Top Illini of Title IX: No. 8 — Danielle Zymkowitz

Editor’s note: June 23 marks the 40-year anniversary of the passing of Title IX, a resolution that sought to stop gender discrimination in educational activities; athletics was one of those programs most affected.. In honor of the 40-year anniversary, The Daily Illini is recognizing the athletes that have forwarded female athletics in the wake of Title IX’s passing. The Daily Illini summer staff sat down and sifted through a list of more than 30 nominees to name and order the top 9 female athletes of the past 40 years in terms of cultivating excellence for women’s sports at Illinois. Check out next week’s issue for Nos. 6-4.

Be it in practice or when a ninth-inning line drive slices toward her glove, in her orange and blue or orange and black, Danielle Zymkowitz respects the game of softball.

The 2011 Illinois graduate who now plays second base for the Chicago Bandits defines this respect as “going all out,” talking positively on the field, and looking at each pitch as an opportunity to show spectators what softball is all about.

“Fans like to see you hustle,” she explained. “If you don’t love it, what makes you think other people will?”

For Zymkowitz, this has never become a concern; none of her teammates or coaches can question whether she loves the game.

“Everything she does, she’s going to have fun with it,” said Nikki Nemitz, pitcher for the Bandits. “Everything is the best thing that’s happened to her in her life, and she doesn’t let anyone else get frustrated”

Known to many of them as “Z”, Zymkowitz demonstrates her passion for softball through this dedication, even during the off-season.

“She only knows one speed and that’s 110 percent,” Illinois head softball coach Terri Sullivan said. “There are no off days for her; she’s a winner, competitor and she always finds a way to contribute to the team’s success.”

During the 2012 season, Zymkowitz returned to Illinois to give back and help coach — something Sullivan said is not surprising given her enthusiasm for sharing what she loves with her teammates and other players. Sullivan said Zymkowitz is a big kid when she plays but also is a hard-working student and a mature coach.

“In our community here, she’s a great ambassador for female athletics,” Sullivan said. “There wasn’t a person who would come to our games who wouldn’t see how hard she plays, besides her obvious talent.”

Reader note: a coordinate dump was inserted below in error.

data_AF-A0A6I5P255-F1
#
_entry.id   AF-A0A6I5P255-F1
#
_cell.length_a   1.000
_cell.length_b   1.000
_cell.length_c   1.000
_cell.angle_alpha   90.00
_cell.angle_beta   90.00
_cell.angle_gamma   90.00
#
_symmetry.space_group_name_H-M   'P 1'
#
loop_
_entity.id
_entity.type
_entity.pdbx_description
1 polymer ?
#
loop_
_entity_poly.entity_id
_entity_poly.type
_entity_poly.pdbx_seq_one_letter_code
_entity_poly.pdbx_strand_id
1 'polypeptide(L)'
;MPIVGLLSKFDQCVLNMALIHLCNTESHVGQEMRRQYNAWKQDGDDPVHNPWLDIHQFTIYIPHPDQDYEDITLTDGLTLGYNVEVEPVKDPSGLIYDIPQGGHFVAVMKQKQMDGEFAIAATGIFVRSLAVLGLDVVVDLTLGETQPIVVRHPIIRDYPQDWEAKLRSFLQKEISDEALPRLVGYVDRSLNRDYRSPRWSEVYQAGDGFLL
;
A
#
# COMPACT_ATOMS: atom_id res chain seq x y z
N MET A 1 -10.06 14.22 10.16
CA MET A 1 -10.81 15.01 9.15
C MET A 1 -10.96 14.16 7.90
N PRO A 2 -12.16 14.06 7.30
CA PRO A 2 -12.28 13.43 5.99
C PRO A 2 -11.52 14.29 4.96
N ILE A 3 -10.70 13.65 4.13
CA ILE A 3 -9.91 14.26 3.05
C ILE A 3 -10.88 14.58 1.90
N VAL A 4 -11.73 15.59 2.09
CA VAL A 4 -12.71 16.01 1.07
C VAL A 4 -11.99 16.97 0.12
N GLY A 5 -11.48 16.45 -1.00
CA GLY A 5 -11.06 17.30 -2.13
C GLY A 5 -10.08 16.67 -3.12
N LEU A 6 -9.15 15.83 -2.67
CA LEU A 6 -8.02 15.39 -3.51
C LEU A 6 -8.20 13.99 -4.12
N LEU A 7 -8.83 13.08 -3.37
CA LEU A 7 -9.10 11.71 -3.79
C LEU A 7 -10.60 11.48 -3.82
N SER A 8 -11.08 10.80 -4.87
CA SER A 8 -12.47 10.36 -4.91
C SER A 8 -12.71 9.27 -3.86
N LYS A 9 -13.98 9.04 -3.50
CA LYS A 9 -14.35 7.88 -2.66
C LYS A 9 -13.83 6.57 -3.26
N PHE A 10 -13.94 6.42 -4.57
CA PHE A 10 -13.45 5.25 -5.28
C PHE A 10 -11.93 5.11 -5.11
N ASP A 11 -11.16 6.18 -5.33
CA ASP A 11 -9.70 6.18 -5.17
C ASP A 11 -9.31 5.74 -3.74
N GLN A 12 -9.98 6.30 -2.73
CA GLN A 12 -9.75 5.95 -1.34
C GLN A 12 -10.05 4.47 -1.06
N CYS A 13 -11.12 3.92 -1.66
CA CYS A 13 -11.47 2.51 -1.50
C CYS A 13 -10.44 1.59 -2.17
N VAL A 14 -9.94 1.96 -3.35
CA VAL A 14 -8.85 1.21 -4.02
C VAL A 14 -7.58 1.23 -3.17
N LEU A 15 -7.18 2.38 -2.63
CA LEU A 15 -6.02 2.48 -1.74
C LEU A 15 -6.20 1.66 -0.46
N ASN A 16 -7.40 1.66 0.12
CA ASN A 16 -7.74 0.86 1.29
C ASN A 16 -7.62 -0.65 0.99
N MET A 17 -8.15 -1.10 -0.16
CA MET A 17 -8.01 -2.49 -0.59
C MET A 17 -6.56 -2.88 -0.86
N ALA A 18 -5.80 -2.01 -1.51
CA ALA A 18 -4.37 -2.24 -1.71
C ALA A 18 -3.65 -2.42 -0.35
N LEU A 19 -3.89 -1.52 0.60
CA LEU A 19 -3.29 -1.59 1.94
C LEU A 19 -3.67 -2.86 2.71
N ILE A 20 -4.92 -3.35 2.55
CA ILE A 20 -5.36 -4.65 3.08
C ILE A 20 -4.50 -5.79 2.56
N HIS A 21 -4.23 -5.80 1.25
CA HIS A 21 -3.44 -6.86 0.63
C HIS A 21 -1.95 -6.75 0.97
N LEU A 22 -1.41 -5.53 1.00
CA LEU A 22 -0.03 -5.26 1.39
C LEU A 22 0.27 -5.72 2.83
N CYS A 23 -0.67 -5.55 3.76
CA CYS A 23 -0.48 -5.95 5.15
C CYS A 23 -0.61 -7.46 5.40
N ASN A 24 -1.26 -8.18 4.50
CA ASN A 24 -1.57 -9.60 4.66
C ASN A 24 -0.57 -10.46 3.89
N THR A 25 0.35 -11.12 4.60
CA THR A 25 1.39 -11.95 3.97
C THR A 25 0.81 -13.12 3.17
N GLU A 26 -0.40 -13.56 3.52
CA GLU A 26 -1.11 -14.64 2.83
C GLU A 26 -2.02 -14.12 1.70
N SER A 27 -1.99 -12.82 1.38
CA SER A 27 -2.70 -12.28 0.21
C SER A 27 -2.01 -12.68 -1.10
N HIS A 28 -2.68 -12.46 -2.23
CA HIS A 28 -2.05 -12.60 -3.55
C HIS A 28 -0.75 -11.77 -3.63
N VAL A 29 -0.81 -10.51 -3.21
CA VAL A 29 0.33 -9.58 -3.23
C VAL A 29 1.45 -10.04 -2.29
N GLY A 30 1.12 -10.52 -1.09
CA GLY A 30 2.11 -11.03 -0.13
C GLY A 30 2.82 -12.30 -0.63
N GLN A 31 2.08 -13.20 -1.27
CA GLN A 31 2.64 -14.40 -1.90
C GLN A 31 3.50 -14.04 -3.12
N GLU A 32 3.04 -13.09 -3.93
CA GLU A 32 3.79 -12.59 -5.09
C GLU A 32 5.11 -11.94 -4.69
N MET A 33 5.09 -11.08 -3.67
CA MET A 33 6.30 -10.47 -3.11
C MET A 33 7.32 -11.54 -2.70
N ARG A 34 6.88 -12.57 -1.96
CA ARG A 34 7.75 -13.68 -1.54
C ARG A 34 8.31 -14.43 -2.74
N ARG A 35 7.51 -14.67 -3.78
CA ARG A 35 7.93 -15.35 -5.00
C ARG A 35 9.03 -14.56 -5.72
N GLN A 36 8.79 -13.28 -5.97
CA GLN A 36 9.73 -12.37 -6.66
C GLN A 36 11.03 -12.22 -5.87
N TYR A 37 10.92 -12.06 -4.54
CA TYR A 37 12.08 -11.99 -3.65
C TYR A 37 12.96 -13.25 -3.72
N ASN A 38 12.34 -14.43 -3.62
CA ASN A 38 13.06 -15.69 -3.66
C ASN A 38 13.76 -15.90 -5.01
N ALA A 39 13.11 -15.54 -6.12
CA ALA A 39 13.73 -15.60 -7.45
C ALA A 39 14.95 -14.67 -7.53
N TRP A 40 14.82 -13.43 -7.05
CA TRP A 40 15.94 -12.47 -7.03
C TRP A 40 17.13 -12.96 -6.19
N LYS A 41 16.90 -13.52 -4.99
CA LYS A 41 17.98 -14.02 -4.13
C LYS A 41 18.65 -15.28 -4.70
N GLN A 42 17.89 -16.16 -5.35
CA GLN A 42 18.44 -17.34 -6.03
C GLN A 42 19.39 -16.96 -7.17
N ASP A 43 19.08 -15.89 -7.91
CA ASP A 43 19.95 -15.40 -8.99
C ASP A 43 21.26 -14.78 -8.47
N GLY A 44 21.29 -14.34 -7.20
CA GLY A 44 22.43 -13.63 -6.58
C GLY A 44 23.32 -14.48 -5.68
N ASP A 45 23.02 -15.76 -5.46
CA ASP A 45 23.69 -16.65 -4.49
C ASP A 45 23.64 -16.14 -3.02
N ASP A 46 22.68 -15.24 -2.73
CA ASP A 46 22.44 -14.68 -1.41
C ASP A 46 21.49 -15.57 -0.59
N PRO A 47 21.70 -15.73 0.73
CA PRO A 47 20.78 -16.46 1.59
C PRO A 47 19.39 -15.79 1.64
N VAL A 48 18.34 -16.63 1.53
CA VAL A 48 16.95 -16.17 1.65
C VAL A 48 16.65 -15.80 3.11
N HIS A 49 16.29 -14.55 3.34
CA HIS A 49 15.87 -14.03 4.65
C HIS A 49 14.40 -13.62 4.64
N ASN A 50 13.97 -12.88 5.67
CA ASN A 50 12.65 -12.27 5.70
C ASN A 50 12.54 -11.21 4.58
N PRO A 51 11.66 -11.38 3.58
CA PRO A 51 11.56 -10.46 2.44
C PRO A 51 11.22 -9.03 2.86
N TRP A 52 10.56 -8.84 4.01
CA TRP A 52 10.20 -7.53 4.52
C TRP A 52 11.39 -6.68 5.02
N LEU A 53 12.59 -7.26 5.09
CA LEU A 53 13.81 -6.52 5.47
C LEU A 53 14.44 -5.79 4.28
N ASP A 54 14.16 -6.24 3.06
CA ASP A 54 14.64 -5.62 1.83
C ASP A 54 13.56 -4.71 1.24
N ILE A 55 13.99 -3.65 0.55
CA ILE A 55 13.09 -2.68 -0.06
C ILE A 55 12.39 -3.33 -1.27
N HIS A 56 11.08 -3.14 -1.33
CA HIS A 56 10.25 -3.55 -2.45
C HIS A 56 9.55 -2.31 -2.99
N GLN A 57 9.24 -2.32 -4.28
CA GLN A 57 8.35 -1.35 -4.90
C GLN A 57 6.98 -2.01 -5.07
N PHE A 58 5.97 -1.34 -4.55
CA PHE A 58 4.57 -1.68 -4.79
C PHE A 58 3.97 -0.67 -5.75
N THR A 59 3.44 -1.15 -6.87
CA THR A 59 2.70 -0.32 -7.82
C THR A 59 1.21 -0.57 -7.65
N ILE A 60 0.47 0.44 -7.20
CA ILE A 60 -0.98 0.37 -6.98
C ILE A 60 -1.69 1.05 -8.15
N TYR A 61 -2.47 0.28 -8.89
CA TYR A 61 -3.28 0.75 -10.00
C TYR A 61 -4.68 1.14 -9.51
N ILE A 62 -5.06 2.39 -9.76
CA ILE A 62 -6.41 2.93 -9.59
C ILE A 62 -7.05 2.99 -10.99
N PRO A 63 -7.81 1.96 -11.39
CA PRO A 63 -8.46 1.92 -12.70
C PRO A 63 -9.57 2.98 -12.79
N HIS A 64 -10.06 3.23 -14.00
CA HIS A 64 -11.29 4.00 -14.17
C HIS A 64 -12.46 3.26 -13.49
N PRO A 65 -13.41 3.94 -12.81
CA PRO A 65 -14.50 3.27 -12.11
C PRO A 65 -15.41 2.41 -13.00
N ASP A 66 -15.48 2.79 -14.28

Zymkowitz’s talent certainly speaks for itself. She is Illinois softball’s first two-time Third-Team All-American, during the 2009 and 2011 seasons, and was also a three-time First-Team All-Big Ten member.

She was a four-year starter at second base and played in all 210 games over her four years. As the lead-off hitter each year, she achieved a program-record batting average of .384 while landing near the top of record books in hits, runs scored and stolen bases.

Mike Steuerwald, associate head coach for the Bandits, said Zymkowitz has continued to maintain this excellence at the professional level.

“She brings a lot of flexibility,” he said. “She starts in left field and second base, and for someone to be able to do that and play well at both positions at that level is remarkable.”

He said Zymkowitz’s work ethic motivates her teammates and inspires young softball fans.

“Z does such a great job being a role model and someone little girls can relate to,” he said. “Every morning she’s showing up with a smile on her face. We just had 22 hours of travel, and she’s up smiling and energetic. She takes the time to get to know all the kids who come to our camps and clinics.”

He said that unlike some of the other players who are over 6-feet tall, Zymkowitz is a 5-feet-4-inch “firecracker.”

“She looks like my little sister, but then she comes out and can perform at that level,” he said.

The unexpectedness of this talent is similar to the surprise Chicago Cubs players found when they tried to bat off of Bandits’ pitching and were unable to hit anything into play, Steuerwald said.

“Obviously there’s this big gap in the support for female sports,” he said. “But a lot of people who have attended our games are amazed at the level of play on the field.”

Sullivan and Steuerwald both said Zymkowitz’s energy on the field is exactly what the media and fans need to see to increase softball’s fan base and continue to inspire young players.

Zymkowitz explains that this is a large part of what motivates her; she wants future female players, and someday her own daughter to have the same opportunities in athletics.

Though she said she received nothing but respect as a female athlete at Illinois, a girl who approached her after a speech she gave to an Illinois softball association was upset that she had to quit softball while her brother was allowed to continue to play baseball because he was a boy.

Still, because of the interactions Zymkowitz has with young softball players after games or during clinics, she is hopeful that women’s sports will continue to develop.

“We see (softball) grow every day, growing at camps and clinics, appearances and when we travel, girls are down at breakfast asking for our autographs,” she said. “It reminds you that you’re doing something right.”

As for her own future, Zymkowitz is not quite sure yet what it will hold.

She will attend Fairleigh Dickinson University in New Jersey in the fall for graduate school in Sports Administration, but beyond that she will continue to work hard as a Bandit for as long as she can.

“She’s a great role model and if she can continue to play the game she will only help it grow,” Steuerwald said. “Whether continuing to play for three, four or five years, she’s going to continue to contribute to the sport well into her future.”